President Obama's eloquent speech on the rescue efforts in Haiti hit home for this immigration scholar when he noted that, "for a country and a people who are no strangers to hardship and suffering, this tragedy seems especially cruel and incomprehensible." From Sale v. Haitian Centers Council, the 1993 Supreme Court decision that stretched the UN Refugee Convention beyond recognition by holding that the US Coast Guard did not violate the treaty in refouling Haitians on the high seas, to the latest announcement that the US may house Haitians fleeing the earthquake in Guantánamo, it seems one simple principle applies in the field of immigration law: the Haitians always lose.
Though the administration's humanitarian relief efforts are to be lauded, the decision to halt deportations to Haiti is an inadequate step that must be followed with more robust immigration protections for Haitians in the United States and those who flee the devastation of the earthquake. The first move that the executive should make is to grant Temporary Protected Status to Haitians in the United States. This form of immigration relief, though failing to provide a path to citizenship, will offer undocumented Haitians the opportunity to work -- a benefit that halted deportation alone does not provide. As explained in yesterday's Washington Post, Haitians earning money in the US will be able to send home remittances that will help to stabilize the devastated Haitian economy. Remittances from Haitians living in the U.S. currently constitute 20 percent of Haiti's GDP; if the estimated 125,000 undocumented Haitians are allowed to work legally, the impact on Haiti's reconstruction will surely be powerful. Members of Congress and activists including novelist Edwidge Danticat have urged Clinton and Napolitano to offer TPS to Haitians; you can add your voice to theirs here.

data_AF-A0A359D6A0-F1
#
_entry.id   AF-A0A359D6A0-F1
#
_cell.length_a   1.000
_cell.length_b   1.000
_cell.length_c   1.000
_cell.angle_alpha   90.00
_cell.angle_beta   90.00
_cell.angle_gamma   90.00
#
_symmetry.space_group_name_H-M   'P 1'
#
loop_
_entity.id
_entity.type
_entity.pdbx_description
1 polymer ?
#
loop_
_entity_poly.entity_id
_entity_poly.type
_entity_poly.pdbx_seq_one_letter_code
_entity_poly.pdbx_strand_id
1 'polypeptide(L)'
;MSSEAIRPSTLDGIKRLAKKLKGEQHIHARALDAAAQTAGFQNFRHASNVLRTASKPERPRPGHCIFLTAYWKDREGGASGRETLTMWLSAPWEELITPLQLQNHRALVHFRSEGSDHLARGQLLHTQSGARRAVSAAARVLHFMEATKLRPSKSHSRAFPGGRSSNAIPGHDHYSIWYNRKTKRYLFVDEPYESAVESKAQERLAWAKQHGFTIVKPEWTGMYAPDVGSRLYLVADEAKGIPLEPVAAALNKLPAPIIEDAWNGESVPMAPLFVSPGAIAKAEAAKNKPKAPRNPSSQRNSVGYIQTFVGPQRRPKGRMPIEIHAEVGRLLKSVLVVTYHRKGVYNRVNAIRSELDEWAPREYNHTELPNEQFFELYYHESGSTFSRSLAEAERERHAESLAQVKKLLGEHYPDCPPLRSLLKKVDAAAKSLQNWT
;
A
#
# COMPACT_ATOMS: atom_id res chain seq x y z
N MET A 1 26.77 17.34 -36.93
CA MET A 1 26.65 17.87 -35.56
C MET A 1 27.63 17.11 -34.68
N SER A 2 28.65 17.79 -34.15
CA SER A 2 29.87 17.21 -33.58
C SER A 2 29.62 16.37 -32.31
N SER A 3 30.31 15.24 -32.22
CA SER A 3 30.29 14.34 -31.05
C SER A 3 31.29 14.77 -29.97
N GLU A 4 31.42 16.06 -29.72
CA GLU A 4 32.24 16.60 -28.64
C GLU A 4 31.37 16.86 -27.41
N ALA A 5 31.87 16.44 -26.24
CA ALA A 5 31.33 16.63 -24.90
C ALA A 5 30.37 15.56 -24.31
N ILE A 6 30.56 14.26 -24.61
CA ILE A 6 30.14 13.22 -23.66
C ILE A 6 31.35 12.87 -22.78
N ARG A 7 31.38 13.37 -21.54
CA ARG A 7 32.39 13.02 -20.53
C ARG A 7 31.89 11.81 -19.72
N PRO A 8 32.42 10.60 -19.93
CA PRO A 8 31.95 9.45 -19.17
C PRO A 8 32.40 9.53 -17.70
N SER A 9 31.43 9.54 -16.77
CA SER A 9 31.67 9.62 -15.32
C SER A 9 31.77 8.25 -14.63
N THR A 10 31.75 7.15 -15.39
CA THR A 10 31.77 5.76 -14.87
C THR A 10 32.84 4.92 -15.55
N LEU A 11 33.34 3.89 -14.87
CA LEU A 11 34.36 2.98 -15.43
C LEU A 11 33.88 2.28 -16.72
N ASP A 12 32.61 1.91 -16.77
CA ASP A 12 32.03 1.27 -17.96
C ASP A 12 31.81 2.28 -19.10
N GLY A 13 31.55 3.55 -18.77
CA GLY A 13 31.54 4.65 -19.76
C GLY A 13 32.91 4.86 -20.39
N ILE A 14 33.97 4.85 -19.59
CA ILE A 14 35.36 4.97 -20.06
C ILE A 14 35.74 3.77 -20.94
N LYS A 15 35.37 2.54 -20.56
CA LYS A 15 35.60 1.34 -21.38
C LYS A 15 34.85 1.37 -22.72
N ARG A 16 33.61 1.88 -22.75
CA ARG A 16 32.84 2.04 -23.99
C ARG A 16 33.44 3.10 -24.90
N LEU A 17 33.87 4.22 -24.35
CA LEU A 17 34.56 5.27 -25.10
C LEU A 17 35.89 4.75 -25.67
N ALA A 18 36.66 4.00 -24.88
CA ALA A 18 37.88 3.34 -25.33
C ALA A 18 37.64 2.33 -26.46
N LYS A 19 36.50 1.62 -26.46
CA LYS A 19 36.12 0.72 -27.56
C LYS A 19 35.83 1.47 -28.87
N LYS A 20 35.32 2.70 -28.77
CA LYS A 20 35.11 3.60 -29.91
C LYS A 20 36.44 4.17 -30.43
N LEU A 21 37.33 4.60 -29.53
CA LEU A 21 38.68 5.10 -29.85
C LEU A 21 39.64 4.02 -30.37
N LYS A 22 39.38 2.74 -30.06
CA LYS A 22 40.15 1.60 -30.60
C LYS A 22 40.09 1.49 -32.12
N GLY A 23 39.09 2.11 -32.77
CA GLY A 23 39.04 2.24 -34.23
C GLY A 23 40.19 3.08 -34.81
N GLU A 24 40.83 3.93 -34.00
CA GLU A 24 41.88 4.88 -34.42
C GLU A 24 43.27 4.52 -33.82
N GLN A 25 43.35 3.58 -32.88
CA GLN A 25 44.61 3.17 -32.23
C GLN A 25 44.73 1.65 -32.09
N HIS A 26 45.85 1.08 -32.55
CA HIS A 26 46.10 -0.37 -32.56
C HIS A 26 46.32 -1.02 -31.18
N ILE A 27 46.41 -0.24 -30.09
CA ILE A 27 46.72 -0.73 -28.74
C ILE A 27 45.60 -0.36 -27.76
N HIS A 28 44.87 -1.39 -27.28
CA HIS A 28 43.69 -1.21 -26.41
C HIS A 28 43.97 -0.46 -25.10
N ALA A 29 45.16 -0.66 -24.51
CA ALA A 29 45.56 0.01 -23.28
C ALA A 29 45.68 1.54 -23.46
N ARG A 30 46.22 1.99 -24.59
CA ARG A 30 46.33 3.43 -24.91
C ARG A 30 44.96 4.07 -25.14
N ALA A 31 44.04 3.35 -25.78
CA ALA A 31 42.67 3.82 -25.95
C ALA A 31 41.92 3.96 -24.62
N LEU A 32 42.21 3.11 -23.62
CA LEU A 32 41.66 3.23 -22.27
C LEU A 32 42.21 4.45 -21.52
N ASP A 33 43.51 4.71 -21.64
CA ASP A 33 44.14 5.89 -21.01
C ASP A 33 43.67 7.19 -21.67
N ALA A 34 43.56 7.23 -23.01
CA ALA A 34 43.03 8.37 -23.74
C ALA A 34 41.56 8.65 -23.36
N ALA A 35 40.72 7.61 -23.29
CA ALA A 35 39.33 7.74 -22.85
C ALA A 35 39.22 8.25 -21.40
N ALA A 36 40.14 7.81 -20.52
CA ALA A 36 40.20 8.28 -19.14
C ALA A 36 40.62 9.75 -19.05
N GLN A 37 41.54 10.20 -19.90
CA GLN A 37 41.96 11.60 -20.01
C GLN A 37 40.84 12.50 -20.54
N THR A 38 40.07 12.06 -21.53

Once that step is taken, the administration should think hard about a humane solution for those sure to flee Haiti's devastation. Helping to rebuild the country is one important step, but providing more robust legal protection to those who have fled is equally crucial. Despite a consistently poor human rights record, asylum rates for Haitians are bafflingly low; from 2000-mid-2004, 15% of Haitian asylum seekers in immigration court won their cases, compared to a national average grant rate of 38%. Many of those fleeing the earthquake and its aftermath would not qualify for asylum under U.S. law and the UN Refugee Convention, but other regional instruments, such as the Organization for African Unity Convention Governing the Specific Aspects of Refugee Problems in Africa as well as our own region's Cartagena Declaration on Refugees offer a broader refugee definition that would welcome those seeking protection from natural disasters. As IntLawGrrls guest/alumna Jane McAdam and others have noted, environmental refugees will only become more common as climate change begins to wreak its havoc; now is the time to come up with a fair and compassionate approach to this problem.